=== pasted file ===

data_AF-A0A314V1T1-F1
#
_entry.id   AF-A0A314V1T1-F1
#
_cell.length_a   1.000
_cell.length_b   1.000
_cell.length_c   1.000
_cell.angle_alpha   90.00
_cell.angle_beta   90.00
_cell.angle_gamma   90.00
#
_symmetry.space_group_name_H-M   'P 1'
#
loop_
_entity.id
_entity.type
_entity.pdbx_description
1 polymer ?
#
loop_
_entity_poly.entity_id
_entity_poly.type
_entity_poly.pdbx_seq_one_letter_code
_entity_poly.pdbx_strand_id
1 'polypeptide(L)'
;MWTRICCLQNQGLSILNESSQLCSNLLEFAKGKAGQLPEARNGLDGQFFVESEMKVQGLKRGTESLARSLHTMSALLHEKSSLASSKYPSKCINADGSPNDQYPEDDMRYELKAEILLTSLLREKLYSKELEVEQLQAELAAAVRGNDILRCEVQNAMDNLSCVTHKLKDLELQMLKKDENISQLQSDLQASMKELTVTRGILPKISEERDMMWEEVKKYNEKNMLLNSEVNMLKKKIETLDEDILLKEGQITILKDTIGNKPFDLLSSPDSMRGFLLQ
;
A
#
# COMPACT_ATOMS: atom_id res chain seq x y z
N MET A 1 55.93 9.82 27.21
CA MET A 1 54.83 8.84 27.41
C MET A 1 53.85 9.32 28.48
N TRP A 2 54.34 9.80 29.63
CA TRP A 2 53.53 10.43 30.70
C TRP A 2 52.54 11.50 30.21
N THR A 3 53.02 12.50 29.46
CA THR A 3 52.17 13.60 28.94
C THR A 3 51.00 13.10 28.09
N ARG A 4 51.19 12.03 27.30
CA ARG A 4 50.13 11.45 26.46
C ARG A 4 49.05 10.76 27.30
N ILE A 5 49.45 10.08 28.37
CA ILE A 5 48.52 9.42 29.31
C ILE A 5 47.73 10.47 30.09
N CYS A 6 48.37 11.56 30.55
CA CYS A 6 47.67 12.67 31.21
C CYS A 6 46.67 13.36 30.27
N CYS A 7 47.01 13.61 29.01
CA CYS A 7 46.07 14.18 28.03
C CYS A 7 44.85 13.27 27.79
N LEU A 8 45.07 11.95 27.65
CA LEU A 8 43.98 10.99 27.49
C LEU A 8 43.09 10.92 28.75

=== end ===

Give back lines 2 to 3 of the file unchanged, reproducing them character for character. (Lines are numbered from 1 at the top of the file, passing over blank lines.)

#
_entry.id   AF-A0A314V1T1-F1